# Conducting sphere within a conducting shell

1. Aug 25, 2015

### Beatrix

1. The problem statement, all variables and given/known data
A hollow spherical shell (B) with inner radius R2 and esternal radius R3 is negatively charged with Q.
A spherical conducter (A) with radius R1 is placed within the the shell. A is charged with Q.
The centers of both shells coincide.
Then a negative point charge q is placed at R3.
1. Calculate the electric field genrated by the spheres at any point.
2. Calculate the force on the charge q
3.Calculate the work done by an external agent to bring q to infinity

2. Relevant equations

Gauß-Law

3. The attempt at a solution
(Non-native English speaker here but my lectures are in English so excuse any grammar or spelling mistakes, ok?)
First of all I tried to imagine how the charges on the spherical shell would redistribute.
The positive charge Q on the surface of A can't exactly escape so it has to stay there^^
I then thought that the charge -Q of B would arange along R2 on the inner surface of the shell.
Then there is no charge left on the outside surface of B.

So the object is seen as neutral when looked at from a distance r>R3, or isn't it?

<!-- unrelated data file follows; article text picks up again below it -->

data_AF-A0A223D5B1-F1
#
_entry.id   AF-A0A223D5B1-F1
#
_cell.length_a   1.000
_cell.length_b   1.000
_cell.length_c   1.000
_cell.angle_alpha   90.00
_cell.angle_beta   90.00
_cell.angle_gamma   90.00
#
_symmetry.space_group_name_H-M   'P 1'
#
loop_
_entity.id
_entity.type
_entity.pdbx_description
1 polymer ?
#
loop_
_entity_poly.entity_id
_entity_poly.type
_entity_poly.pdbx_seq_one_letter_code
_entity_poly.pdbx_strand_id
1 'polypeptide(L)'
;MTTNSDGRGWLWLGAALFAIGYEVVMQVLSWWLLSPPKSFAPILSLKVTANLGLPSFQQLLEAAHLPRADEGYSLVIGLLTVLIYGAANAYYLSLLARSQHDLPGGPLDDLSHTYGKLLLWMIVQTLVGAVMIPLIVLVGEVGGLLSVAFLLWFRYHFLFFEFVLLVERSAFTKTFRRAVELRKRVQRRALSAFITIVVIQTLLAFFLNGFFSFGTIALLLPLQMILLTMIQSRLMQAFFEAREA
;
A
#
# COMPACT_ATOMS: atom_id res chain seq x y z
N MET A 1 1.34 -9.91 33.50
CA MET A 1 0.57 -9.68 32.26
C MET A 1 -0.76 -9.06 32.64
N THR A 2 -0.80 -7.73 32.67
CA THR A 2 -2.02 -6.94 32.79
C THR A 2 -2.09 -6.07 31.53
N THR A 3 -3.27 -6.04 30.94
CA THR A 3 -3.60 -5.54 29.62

1. According to Gauß law there is no E-field at a distance r<R1 since no charge is enclosed.
At R2<r<R1 the E-field should be
equal to $\frac{1}{4\pi\epsilon}*\frac{Q}{r^2}$
At r<R2 I think I can use the super position principle, adding the E-Field of both spheres
but since the charges have the same value (one negative one positive)
My E-field should be zero here....

but if this is true I don't get the second question...
since the force should be $F=E*q$
and the Field is equal to zero at R3 the force should be zero as well?

2. Aug 25, 2015

### BvU

Hello Beatrix, welcome to PF !

I'm non-native english speaker too, and I have a hard time interpreting your exercise:
So for B I don't know if it is conducting or not. You assume it is.
And it's negatively charged with Q. Does that mean that Q is a negative number of Coulombs ?
Because then A and B have the same charge and the rest of the exercise makes a bit more sense !

Further on, "placing q at R3" probably means on the surface but not in electrical contact ? You assume so and I agree.

3. Aug 27, 2015

### Beatrix

B is conducring (excersise is called two conducting spheres foorgot to mention this)
Q has a positive value (Q=3*10^-7) (the excersice contains values but since that doesn't help me much when trying to understand the problem I left them out)
I mean I can calculate it if they had the same charge but they don't....
It's an excersise for exam preparation so I'll ask my professor about it.
But thanks, I really was going crazy thinking I could't even understand the basics of this course

4. Aug 27, 2015

### BvU

Well, then I agree with your results (barring the replacement of < by > here and there ). So you're good: you understand the situation, you can do the exercise both ways: the almost trivial -Q + Q and the more sensible -Q -Q probably just as well. After all the actual answer isn't that important; the understanding is).
And prof will be more than happy to help out such an eager student !